Indendix EEG lets you type with your brain

Austria's Guger Technologies is billing the device as the world's first commercial personal brain-machine speller.

Tim Hornyak
Crave freelancer Tim Hornyak is the author of "Loving the Machine: The Art and Science of Japanese Robots." He has been writing about Japanese culture and technology for a decade. E-mail Tim.
Tim Hornyak
2 min read

Guger Technologies

Austrian biomedical firm Guger Technologies is promoting a new electroencephalography (EEG) device that lets users type with their minds, calling it the world's first commercial brain-machine interface for personal use.

Consisting of an EEG cap, display, and computer, Intendix is designed for severely disabled patients and people with symptoms of locked-in syndrome, a condition (featured in the movie "The Diving Bell and the Butterfly") in which patients suffer near-total paralysis while their minds continue to function normally.

After only 10 minutes of training, most patients can type 5-10 characters per minute by focusing on each character on the display, according to Guger. Users count the number of times a letter flashes on the display, and the EEG cap picks up the related electrical activity through the surface of the skin.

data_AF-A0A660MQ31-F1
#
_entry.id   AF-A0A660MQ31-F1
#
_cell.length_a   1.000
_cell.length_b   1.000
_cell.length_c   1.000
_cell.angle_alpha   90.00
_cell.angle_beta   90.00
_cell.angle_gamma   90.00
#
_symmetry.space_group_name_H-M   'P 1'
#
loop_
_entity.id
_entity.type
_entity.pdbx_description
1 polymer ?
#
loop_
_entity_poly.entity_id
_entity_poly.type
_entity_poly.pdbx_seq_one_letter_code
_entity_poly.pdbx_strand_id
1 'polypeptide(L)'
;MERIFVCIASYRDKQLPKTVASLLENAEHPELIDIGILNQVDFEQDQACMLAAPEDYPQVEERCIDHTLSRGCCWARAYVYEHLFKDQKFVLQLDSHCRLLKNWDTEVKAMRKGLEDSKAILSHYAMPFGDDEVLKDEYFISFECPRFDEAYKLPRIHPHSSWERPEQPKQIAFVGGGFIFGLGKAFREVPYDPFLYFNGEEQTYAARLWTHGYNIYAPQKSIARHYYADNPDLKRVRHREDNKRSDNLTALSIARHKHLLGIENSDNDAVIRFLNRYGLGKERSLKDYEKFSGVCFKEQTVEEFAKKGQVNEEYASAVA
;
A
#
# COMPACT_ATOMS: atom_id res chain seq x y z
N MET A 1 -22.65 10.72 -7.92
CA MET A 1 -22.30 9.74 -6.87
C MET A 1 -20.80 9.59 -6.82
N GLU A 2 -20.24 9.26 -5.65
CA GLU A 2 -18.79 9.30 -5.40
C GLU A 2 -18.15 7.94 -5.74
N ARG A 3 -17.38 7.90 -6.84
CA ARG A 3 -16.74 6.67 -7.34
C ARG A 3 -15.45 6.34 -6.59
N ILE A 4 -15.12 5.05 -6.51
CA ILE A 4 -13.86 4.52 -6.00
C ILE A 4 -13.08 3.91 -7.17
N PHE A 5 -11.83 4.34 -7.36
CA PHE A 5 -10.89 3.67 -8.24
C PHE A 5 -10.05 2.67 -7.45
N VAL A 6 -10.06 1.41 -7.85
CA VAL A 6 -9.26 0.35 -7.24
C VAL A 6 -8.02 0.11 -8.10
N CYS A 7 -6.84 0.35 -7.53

Users can also "command" Intendix to speak the text, print it, or copy it to an e-mail. Other functions, such as opening doors or turning on the TV in a smart home, or moving an on-screen avatar, are possible. A separate brain-Twitter interface that lets people send tweets with thoughts alone has also been demonstrated at the University of Wisconsin-Madison.

Brain signals have also been used to operate humanoid robots, with the eventual goal of routing them through EEG devices and computers to enable people with paralyzed legs to walk. The nascent BCI X Prize aims to further brain-computer interface (BCI) development.

This video from several years ago describes Guger's BCI speller technology, claimed to be the fastest in the world. The firm says Intendix--which was on display at the CeBit tech fair in Hannover, Germany, last week--is now available for rent before sale. The retail price is apparently around $12,000. The price tag may be enormous, but this device could make a big difference to immobile patients.

(Via Singularity Hub)